“You don’t know what Waffle House is?!?!,” asks an incredulous Wammo, leader and co-lead vocalist of the calamitous all-acoustic Austin ensemble the Asylum Street Spankers.
“It’s basically the IHOP of the South,” he explains. “We have one song that has a joke about Waffle House, and sometimes that joke doesn’t fly in the North. That’s pretty much the only one that’s localized that people don’t get all over the country.”
If you’ve never heard the Spankers before, two things immediately strike you about their work: the raunch of their sense of humor — which at first might seem just plain lascivious, until you tune into its underlying daring and wit — and the authenticity with which they recreate various classic forms of roots music. The band, which also includes fellow mainstay Christina Marrs and an ever-changing lineup of band mates, is also masterful at re-casting modern songs in a sort of reverse-reincarnated form. Imagine, for example, what the raw intelligence of Black Flag’s “TV Party” or, say, the Beastie Boys’ bone-headed teenage-nihilist anthem “Paul Revere” might sound like after having been sent back in a time machine and filtered through the rural America of the late 19th and early 20th century, and you’ve got the picture.
Well … almost. It must also be said that, on both their original material and covers, the Spankers nullify the distinction between parody and tribute. It’s an ability worthy of high honors: How many bands can you think of who can successfully elicit laughs spoofing many different styles, yet also capture their essence — and even convey a high measure of respect for those styles as inspiring art forms to be valued and preserved? Throw in brazenly irreverent lyrics, cutting social criticism, a keen eye for pop culture, and an audacious live show (which Wammo insists audiences stay hushed for) and you’ve got one hell of a new mix.
“I think we walk the tightrope very well,” Wammo says. “I don’t think we push away any traditionalists, nor do we upset anyone who’s non-traditional. It’s very, very rare that we get a complaint about our lyrics.”
Arguably, that’s because, though he is widely celebrated in the press for openly hailing the virtues of sex, drugs, general debauchery, and — let’s not forget — beer (in a fixation that nearly rivals that of the Replacements and Guided By Voices), Wammo comes across as more than just another shock-jockey intent on ruffling feathers because he can. Perhaps unsurprisingly, the same man who pens lyrics such as “Bang your head in a fury/ wring your hands in fear/ take your big vacation/ wish you were beer/ like the president with a bong/ like diamond in a goat’s butt/ like a girl scout on a Harley/ like a superhero on the john/ like a Steinway in a Dumpster/ I’ll sing you my whiskey love song” readily reveals his analytical side in conversation.
Wammo says that social commentary has “pretty much always” come easy for him. Asked to discuss what has him riled up lately, he answers soberly: “Most [high-profile] people are afraid to discuss their views about what’s going on in our country in the media. Most people are afraid to say we’re in a stupid war and we should get out of it. And that the behavior of our government has been abhorrent. I’m not a real celebrity. I don’t have that much power. I don’t have that much of a media voice — but there are people who are, and have media voices, and I don’t hear them doing s••t.”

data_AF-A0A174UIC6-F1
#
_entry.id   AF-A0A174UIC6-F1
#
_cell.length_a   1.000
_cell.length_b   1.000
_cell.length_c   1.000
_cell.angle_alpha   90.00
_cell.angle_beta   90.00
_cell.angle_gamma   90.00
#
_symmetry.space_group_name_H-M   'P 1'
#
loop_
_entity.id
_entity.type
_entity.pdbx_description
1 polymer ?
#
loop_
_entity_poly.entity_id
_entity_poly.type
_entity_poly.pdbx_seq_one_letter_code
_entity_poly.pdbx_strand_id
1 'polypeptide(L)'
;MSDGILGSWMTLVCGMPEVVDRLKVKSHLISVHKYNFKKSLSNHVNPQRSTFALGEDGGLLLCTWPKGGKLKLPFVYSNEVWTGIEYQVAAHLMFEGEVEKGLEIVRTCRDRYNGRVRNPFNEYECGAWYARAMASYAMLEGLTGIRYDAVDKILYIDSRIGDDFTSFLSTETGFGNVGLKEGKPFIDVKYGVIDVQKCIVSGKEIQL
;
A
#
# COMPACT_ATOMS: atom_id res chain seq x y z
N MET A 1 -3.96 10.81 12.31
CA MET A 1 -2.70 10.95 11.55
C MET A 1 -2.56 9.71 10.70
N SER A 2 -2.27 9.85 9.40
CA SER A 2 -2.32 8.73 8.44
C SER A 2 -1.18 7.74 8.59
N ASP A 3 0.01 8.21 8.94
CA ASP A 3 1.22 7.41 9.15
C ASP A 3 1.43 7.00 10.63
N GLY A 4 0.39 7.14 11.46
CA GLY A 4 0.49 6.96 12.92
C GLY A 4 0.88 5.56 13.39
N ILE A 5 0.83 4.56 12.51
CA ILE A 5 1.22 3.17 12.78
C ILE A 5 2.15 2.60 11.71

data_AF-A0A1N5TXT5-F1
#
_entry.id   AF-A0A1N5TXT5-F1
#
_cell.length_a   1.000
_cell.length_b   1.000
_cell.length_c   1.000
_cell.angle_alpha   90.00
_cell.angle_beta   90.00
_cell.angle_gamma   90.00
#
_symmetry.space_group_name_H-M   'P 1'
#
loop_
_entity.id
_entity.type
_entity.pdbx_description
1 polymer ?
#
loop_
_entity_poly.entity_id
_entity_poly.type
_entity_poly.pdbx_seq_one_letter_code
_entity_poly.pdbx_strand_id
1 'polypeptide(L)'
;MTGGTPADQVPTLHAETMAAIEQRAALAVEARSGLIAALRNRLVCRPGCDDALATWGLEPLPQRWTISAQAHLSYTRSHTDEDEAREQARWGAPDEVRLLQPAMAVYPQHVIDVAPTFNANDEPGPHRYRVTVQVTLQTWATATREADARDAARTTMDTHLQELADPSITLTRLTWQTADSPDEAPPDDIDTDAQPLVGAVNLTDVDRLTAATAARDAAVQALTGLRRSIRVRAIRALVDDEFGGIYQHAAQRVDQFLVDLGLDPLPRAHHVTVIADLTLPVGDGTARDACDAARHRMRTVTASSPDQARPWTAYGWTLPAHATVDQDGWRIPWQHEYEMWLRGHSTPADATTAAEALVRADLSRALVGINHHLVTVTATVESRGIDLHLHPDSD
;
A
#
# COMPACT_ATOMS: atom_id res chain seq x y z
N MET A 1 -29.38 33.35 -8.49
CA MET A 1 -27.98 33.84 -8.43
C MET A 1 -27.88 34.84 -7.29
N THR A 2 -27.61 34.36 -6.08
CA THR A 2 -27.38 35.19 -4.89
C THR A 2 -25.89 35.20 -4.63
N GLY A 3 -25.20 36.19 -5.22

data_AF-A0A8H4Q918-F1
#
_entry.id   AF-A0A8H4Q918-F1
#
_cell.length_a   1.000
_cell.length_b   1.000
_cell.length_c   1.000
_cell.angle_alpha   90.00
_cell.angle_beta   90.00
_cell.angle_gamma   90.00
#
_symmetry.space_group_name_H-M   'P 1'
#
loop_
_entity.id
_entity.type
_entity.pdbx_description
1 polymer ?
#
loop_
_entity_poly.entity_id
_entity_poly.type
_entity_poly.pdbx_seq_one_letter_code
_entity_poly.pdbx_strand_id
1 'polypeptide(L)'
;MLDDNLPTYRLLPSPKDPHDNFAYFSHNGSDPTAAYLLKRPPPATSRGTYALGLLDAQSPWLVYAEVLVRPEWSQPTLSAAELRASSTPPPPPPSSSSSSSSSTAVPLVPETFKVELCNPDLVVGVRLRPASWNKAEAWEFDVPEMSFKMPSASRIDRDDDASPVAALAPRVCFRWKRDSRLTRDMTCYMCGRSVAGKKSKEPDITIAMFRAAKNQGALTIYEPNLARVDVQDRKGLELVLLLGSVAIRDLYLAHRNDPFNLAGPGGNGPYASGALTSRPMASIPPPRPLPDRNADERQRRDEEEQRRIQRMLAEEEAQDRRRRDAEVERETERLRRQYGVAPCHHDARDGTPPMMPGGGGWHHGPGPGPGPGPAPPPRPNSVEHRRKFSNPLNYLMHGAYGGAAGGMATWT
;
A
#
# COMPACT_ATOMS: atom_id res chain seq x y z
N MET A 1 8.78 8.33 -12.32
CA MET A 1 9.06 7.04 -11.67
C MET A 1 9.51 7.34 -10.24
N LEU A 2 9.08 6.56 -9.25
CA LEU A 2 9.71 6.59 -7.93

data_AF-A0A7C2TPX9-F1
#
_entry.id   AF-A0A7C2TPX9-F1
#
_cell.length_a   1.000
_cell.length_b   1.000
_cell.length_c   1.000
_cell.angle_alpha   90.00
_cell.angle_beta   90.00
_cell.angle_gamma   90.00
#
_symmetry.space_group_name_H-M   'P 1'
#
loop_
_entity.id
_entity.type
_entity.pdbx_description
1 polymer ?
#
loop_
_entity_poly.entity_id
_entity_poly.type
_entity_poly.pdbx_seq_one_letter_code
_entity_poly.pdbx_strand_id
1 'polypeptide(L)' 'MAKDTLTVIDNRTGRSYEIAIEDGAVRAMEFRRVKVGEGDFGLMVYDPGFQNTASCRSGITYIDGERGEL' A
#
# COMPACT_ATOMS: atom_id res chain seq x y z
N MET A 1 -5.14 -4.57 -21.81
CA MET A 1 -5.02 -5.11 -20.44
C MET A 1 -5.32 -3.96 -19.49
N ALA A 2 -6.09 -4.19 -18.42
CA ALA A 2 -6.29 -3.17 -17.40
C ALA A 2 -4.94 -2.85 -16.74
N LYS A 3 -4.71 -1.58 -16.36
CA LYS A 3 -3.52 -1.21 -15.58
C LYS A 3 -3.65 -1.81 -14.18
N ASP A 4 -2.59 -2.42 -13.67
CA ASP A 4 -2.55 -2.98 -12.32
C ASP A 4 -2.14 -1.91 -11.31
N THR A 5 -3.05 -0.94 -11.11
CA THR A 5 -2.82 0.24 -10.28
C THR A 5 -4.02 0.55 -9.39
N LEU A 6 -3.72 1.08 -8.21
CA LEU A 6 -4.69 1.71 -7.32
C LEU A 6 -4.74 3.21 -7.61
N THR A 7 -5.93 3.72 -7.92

On the other hand, can Wammo find any silver lining?
“Ooh, that’s a tough question,” he answers, taking a moment to give it some thought. “It’s so funny — like most people realize, it’s so much easier to point out the negative than the positive. … I still think America’s a beautiful place. It’s incredibly diverse. It’s a [culturally] rich country. And we have the ability to make this world a better place if we just wanted to. I’d love to see that happen.”
One thing that doesn’t seem to agitate Wammo much at all is the Spankers’ revolving-door personnel situation, which he’s often stated was never intentional, but which he and Marrs resigned themselves to years ago. He also stresses that most departures from the band have occurred amicably.
But surely it must be difficult to rehearse new lineups all the time?
“Actually,” he says, “it’s nice, too. … Because, like, you’ll lose a guy who plays banjo, and you’ll find a guy who plays clarinet. So suddenly you’ve got this whole different voice in the band. Or vice-versa. We had a clarinet player and then we switched to a piano player. And then the piano player quit and a guy who played banjo/mandolin showed up. The next guy might play slide guitar. You just never know.”
So the question remains: After 10-plus years, why haven’t the Spankers managed to hold down a steady lineup?
“Not everybody can do this job,” Wammo answers earnestly. “We’re an independent band that travels all over the world, and we pay for it ourselves. And we don’t make a lot of money. And we play little, tiny, crappy clubs all over the place. So it’s not like anybody’s getting rich off this. It’s a lot of hard hours, a lot of riding in the van, setting up your own gear and lugging your own stuff around and sleepin’ in people’s houses and crappy hotels and staying away from your loved ones.”
What keeps Wammo’s resolve going strong, then — a sense of mission to spread Waffle House-consciousness across the globe?
“You know,” he answers in a fit of laughter, “we don’t even eat at the f•••in’ place. So I’m not really on a real Waffle House trip to make sure that they are well-recognized.” Still laughing, he notes, “We don’t have any corporate sponsors.”
[Saby Reyes-Kulkarni is a freelance music writer based in Rochester, N.Y.]
The Asylum Street Spankers play the Grey Eagle (185 Clingman Ave.) on Wednesday, Dec. 14. 9 p.m. $10. 232-5800.